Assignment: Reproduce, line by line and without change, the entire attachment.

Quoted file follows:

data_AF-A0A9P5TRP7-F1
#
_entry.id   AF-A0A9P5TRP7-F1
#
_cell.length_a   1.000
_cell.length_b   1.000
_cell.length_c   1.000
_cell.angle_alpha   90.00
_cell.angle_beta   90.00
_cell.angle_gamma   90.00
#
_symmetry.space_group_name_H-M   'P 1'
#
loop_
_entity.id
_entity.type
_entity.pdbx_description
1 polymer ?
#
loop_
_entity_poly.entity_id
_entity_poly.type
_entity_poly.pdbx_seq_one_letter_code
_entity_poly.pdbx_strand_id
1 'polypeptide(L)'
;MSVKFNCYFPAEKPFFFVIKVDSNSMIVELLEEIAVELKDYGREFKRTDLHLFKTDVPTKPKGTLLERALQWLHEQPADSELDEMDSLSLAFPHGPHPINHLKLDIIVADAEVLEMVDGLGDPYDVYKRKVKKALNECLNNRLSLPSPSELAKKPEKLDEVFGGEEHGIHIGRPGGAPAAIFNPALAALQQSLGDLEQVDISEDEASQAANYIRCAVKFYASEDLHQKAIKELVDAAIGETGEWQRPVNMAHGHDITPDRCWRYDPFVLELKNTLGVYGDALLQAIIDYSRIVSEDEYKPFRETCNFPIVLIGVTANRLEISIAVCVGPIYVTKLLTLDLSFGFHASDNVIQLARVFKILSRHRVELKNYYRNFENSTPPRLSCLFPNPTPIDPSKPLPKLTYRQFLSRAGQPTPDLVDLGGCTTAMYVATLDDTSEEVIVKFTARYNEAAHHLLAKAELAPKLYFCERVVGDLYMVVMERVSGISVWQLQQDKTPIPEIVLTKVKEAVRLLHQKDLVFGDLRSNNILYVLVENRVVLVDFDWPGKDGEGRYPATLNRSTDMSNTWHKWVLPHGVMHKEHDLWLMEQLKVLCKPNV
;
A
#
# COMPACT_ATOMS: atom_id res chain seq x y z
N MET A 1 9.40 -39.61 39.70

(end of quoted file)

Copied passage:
data_AF-A0A9P5TRP7-F1
#
_entry.id   AF-A0A9P5TRP7-F1
#
_cell.length_a   1.000
_cell.length_b   1.000
_cell.length_c   1.000
_cell.angle_alpha   90.00
_cell.angle_beta   90.00
_cell.angle_gamma   90.00
#
_symmetry.space_group_name_H-M   'P 1'
#
loop_
_entity.id
_entity.type
_entity.pdbx_description
1 polymer ?
#
loop_
_entity_poly.entity_id
_entity_poly.type
_entity_poly.pdbx_seq_one_letter_code
_entity_poly.pdbx_strand_id
1 'polypeptide(L)'
;MSVKFNCYFPAEKPFFFVIKVDSNSMIVELLEEIAVELKDYGREFKRTDLHLFKTDVPTKPKGTLLERALQWLHEQPADSELDEMDSLSLAFPHGPHPINHLKLDIIVADAEVLEMVDGLGDPYDVYKRKVKKALNECLNNRLSLPSPSELAKKPEKLDEVFGGEEHGIHIGRPGGAPAAIFNPALAALQQSLGDLEQVDISEDEASQAANYIRCAVKFYASEDLHQKAIKELVDAAIGETGEWQRPVNMAHGHDITPDRCWRYDPFVLELKNTLGVYGDALLQAIIDYSRIVSEDEYKPFRETCNFPIVLIGVTANRLEISIAVCVGPIYVTKLLTLDLSFGFHASDNVIQLARVFKILSRHRVELKNYYRNFENSTPPRLSCLFPNPTPIDPSKPLPKLTYRQFLSRAGQPTPDLVDLGGCTTAMYVATLDDTSEEVIVKFTARYNEAAHHLLAKAELAPKLYFCERVVGDLYMVVMERVSGISVWQLQQDKTPIPEIVLTKVKEAVRLLHQKDLVFGDLRSNNILYVLVENRVVLVDFDWPGKDGEGRYPATLNRSTDMSNTWHKWVLPHGVMHKEHDLWLMEQLKVLCKPNV
;
A
#
# COMPACT_ATOMS: atom_id res chain seq x y z
N MET A 1 9.40 -39.61 39.70